Wind on departure was light and we motored for almost 12 hours. After that, as per the forecast, the wind increased from behind up to 20 knots which resulted in a very nice sailing conditions. We hoisted the spinnaker first and when the wind and swell increased we went wing on wing.
It turned out to be one of our most chilled out passages to date. We converted the living area into a bed and the boys spent the majority of the passage playing in this central area with lego, drawing and reading. Night passages passed smoothly and with some good food in our bellies, we coped well. In the early hours of the 3rd morning after setting out, Belle Ile came into view. With the sun rising, we had lovely light winds coupled with flat, calm water and so we glided around to the north of the island and picked up a buoy outside the harbour town of Le Palais. The sailing conditions were so beautiful that Filippo really didn’t want to stop, but we were all tired!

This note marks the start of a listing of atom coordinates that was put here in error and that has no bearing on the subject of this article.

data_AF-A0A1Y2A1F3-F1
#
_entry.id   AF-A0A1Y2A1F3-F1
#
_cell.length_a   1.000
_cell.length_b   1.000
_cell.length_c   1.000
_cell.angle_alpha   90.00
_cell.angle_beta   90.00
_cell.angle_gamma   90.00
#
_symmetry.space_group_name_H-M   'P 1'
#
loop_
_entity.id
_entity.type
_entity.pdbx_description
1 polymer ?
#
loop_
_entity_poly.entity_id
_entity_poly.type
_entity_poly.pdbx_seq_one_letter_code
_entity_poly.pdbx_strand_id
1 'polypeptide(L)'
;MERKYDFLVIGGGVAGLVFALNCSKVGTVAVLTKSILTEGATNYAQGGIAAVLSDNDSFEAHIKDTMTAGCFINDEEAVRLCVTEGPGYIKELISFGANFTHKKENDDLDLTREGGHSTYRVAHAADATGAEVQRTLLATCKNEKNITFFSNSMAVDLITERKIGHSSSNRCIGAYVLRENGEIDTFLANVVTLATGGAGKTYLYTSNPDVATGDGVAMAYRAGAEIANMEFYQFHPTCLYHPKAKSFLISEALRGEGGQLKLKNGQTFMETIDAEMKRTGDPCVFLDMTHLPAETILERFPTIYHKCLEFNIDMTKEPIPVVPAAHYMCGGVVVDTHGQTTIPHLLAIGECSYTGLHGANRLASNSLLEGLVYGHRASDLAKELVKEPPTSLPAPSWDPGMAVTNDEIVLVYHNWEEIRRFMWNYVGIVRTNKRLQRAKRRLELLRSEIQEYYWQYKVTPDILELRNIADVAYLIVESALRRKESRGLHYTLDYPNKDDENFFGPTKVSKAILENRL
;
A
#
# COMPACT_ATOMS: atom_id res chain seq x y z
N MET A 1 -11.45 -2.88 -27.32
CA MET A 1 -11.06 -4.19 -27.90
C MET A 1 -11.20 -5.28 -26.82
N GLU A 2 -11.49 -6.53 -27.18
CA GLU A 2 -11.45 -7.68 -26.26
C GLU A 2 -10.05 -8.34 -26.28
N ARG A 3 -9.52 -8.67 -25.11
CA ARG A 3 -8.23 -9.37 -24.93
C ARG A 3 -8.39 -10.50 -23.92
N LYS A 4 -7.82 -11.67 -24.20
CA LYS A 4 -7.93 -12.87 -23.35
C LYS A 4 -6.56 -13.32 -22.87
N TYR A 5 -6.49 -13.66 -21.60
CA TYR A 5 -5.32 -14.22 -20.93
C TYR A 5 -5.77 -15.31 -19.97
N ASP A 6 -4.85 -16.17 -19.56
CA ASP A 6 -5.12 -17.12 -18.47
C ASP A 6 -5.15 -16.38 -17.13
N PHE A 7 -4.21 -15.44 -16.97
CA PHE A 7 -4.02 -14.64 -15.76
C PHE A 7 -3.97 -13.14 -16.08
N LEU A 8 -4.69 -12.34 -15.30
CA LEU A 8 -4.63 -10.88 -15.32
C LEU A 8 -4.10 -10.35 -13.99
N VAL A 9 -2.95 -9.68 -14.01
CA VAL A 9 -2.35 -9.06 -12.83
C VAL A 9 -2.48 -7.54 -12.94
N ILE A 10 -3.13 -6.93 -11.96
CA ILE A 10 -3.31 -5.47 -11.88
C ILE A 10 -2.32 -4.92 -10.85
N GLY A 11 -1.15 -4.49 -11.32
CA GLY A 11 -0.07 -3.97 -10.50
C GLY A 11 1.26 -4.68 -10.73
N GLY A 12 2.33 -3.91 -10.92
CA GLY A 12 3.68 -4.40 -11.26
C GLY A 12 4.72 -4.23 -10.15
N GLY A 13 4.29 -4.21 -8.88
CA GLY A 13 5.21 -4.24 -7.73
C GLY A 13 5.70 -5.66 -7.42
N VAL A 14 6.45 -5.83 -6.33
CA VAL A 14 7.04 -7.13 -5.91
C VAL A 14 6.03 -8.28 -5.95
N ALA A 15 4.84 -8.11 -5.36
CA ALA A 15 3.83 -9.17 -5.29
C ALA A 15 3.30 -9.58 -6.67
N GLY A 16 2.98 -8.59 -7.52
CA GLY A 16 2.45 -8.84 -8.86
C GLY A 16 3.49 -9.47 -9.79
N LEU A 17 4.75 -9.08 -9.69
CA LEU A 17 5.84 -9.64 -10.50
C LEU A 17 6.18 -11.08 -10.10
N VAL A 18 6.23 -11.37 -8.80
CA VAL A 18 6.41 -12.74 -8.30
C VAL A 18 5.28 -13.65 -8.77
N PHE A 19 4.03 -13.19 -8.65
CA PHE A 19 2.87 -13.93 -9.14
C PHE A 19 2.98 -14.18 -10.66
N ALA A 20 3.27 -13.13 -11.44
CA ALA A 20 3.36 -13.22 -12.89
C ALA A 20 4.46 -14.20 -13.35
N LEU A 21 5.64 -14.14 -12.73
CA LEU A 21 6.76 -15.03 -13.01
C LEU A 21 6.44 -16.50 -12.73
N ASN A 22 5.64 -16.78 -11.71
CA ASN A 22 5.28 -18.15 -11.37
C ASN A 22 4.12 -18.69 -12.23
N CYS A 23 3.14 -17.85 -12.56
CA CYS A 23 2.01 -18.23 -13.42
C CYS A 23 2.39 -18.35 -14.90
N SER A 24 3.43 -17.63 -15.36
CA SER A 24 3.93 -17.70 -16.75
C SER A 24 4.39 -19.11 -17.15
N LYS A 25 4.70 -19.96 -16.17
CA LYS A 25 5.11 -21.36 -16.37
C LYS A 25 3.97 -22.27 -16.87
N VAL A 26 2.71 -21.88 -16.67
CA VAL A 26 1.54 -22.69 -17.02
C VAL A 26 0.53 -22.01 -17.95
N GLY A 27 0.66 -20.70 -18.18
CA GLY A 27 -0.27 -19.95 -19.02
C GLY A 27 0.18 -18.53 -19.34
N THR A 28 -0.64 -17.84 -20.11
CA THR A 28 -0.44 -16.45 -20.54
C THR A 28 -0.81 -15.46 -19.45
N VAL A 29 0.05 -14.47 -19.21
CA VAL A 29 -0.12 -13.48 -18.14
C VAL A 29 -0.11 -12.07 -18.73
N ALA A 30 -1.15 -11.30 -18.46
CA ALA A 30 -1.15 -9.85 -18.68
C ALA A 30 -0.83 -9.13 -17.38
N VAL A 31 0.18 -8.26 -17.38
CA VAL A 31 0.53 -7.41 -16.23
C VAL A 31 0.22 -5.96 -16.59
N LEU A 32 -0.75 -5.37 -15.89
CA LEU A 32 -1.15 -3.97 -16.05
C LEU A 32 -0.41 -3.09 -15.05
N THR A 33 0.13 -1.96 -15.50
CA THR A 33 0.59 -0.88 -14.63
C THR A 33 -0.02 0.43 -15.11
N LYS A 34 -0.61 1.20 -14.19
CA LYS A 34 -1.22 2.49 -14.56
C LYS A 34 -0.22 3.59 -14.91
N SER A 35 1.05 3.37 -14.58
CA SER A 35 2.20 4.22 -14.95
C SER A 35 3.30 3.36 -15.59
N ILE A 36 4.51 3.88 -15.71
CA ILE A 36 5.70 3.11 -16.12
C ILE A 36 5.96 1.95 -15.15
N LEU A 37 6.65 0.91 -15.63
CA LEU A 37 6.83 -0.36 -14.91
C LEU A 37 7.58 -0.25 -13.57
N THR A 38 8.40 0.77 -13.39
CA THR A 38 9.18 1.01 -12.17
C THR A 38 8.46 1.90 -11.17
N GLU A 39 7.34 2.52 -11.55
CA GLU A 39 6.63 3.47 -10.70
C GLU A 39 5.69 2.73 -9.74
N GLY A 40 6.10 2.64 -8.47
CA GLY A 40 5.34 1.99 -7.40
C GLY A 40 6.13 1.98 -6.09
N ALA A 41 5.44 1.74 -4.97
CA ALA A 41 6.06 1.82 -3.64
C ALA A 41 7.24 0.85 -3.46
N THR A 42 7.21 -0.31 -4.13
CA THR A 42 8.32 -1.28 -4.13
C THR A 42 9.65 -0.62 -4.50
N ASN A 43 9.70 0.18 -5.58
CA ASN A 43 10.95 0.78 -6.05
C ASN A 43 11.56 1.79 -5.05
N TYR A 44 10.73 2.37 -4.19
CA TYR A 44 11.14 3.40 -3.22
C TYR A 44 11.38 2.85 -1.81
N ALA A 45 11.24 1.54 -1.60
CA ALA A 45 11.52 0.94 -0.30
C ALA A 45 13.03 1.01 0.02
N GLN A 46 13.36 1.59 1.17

We spent the next three weeks exploring the coast of Brittany; Belle Ile, the islands of Hoedic, Houat, and the Glenans, the Morbihan gulf and the towns of Lorient and Quiberon. We were not disappointed; what a beautiful part of the world and only a few days sail from the Isle of Wight. It proves that sometimes you don’t have to travel far. The photos below give you a glimpse of some of what Brittany has to offer.
We also managed to visit the base of the French offshore sailing where we saw few of the Imoca 60 sailing boats getting ready for the Vendee Globe (sailing race around the world solo non stop).
It was the height of summer however and so very busy with French holidaymakers. We avoided big towns and ate on board as the prevalence of corona virus in France was growing rapidly.